Lighting a candle in the dark is the most elemental of all symbols of hope. Almost all Jewish holidays start with the lighting of candles. Bringing light into a dark world. This is the job of the Jews, to spread light. This is the lesson of lighting the Chanukiah.
On the first day, light was created. This is how the Torah begins. The Torah is compared to fire, illuminating our journey through the dessert at night. Rabbi Saul Lieberman noted that in Greek mythology Prometheus was punished for sharing fire with mortals. In Jewish tradition we have the opposite perspective. According to Medrash Rabba fire is bestowed upon Adam with the help of God on the first Motzei Shabbos, this is the back story of the Havdalah ritual.
On the first Saturday night ever, Adam is scared and despondent, he is in the need of courage to brave the cold dark world after being expelled from the garden. Adam collects two stones and with the help of God rubs them together and creates a spark, he lights a fire in the dark.
The book of Joshua, the first book of Neviim ( the Prophets) begins with God telling Joshua, "Be strong and have courage!" This phrase is repeated several times in the first chapter of the first book of the prophets. At this point the nation has lost its greatest leader of all time, Moshe. Now they are entering a hostile country to battle giants. God instructs Joshua to be strong, and the nation will follow his lead.
One of the goals of the ancient prophet and the modern Jew is to be strong,courageous to bring light to others, to aspire to inspire.
Last month I had the great privilege of attending the funeral of an extremely holy woman. She brought light to thousands of people’s lives simply by speaking to them, reaching out to them and giving them hope. Speaking to someone and giving them our time is like lighting someone else's candle. She made friends with everyone from janitors to Tupac Shakur and through her words she brought joy to others.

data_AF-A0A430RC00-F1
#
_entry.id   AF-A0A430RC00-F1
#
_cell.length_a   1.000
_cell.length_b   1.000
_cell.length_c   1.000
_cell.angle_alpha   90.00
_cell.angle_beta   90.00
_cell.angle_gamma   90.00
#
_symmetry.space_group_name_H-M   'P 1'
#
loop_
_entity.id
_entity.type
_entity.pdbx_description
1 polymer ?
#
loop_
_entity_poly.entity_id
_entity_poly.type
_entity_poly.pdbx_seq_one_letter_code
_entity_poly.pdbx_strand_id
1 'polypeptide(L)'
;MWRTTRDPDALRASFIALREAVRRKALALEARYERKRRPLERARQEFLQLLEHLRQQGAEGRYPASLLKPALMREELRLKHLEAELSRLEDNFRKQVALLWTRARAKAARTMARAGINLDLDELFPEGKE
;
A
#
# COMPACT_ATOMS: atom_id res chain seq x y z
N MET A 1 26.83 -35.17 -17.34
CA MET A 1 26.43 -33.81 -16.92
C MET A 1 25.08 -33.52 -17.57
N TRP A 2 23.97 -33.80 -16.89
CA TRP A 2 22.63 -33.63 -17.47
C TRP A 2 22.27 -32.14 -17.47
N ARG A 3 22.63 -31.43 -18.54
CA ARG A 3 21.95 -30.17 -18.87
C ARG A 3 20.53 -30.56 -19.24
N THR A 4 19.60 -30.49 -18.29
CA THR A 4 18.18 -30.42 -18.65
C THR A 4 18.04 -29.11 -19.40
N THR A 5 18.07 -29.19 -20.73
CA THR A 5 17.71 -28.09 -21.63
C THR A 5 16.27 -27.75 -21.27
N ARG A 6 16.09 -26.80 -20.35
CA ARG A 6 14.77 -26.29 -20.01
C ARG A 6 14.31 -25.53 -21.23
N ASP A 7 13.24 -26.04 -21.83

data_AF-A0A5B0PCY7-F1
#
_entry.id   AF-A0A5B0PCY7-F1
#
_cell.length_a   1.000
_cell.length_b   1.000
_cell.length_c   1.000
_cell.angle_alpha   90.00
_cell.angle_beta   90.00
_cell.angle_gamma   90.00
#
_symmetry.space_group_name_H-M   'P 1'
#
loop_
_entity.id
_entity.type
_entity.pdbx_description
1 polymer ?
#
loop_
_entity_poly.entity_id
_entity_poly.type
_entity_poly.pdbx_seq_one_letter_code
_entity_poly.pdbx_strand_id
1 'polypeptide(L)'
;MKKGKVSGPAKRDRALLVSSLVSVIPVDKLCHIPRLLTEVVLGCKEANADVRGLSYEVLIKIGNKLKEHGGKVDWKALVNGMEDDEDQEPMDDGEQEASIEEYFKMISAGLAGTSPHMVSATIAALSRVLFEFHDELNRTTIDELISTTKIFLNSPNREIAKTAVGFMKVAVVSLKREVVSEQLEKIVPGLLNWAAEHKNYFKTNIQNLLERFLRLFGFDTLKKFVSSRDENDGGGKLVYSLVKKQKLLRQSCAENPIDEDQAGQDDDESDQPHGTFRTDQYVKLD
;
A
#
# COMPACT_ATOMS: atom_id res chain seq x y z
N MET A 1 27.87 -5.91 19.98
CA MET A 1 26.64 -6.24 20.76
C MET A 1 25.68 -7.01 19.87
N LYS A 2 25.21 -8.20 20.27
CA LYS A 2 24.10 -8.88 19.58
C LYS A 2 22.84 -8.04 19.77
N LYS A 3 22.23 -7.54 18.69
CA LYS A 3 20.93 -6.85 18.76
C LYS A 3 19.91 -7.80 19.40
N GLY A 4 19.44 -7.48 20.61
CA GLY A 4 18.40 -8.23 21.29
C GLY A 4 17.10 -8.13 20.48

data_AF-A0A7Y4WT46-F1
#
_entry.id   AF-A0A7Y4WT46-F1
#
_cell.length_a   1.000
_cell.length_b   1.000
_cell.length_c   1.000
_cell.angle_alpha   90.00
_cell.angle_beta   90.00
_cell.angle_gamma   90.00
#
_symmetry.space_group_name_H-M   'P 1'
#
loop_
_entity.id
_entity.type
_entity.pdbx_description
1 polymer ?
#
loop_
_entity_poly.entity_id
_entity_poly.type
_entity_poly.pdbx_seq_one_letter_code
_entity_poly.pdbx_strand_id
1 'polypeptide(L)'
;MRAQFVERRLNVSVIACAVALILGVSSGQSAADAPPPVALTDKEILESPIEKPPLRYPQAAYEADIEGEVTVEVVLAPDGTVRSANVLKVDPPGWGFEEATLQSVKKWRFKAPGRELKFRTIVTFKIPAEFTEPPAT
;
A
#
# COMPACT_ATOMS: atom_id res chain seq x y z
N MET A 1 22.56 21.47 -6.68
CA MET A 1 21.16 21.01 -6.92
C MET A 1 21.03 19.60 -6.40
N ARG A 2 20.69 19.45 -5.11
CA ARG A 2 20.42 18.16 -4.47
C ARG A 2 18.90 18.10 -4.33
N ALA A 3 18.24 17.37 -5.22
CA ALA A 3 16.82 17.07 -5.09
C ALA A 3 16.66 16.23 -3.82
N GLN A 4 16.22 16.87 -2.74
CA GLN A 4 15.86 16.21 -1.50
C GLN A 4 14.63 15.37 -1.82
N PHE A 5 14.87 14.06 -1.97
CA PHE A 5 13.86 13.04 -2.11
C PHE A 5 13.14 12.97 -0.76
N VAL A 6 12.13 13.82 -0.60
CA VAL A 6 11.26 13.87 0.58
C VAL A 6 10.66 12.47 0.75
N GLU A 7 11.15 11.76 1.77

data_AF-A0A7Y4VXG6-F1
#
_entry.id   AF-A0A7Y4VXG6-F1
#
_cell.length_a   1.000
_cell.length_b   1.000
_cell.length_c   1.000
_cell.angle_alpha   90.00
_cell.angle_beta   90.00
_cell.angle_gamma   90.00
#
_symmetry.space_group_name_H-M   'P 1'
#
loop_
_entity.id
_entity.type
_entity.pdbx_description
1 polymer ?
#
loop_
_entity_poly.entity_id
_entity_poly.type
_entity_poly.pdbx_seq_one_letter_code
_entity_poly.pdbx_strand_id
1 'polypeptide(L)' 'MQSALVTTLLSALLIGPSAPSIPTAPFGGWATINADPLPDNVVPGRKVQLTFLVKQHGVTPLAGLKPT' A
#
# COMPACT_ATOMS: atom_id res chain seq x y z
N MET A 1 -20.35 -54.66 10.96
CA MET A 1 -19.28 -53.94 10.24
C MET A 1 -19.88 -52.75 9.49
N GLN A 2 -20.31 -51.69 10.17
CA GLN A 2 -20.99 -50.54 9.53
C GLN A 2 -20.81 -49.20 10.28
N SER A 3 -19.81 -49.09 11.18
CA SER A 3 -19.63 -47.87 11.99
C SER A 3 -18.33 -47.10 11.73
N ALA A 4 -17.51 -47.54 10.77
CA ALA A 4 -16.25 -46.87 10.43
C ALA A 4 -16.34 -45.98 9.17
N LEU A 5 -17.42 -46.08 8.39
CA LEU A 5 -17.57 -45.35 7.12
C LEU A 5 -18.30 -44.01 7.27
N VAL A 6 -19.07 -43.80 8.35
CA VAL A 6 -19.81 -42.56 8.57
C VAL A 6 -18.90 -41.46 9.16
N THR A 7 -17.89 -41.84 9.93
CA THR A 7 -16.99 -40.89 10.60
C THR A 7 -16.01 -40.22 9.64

She grew up in England during WWII and would tell stories of when Britain was being bombed to bits by the Germans. Winston Churchill took to the radio like Joshua in ancient times and inspired the frightened nation to have strength and courage.
Each of us can serve as a Winston Churchill for someone. Inspiring someone in a dark time is what Chanukah is about.
The first Havdalah, on that first Saturday night when Adam was rubbing the two stones together is reflected in Shemot (Exodus). The story is recreated at Har Sinai, when Moshe also takes two stones, two tablets and with the help of God brings the fire of the Torah down the mountain to illuminate a dark world.
This event, of Matan Torah (receiving the Bible) is recreated in the Chanukah ritual. The Shamash is lit from an outside source and it is situated above the other candles, high on the mountain top. This candle then travels down below and spreads the light it has received, igniting each individual candle. As Moshe, Joshua and Winston Churchill did, so do we. Every night of Chanukah we light more candles just as every night we should try and spread more and more fire and inspire more and more people.
Chag Ha CHizuk - The season of inspiration.
Every Ritual Tells a Story
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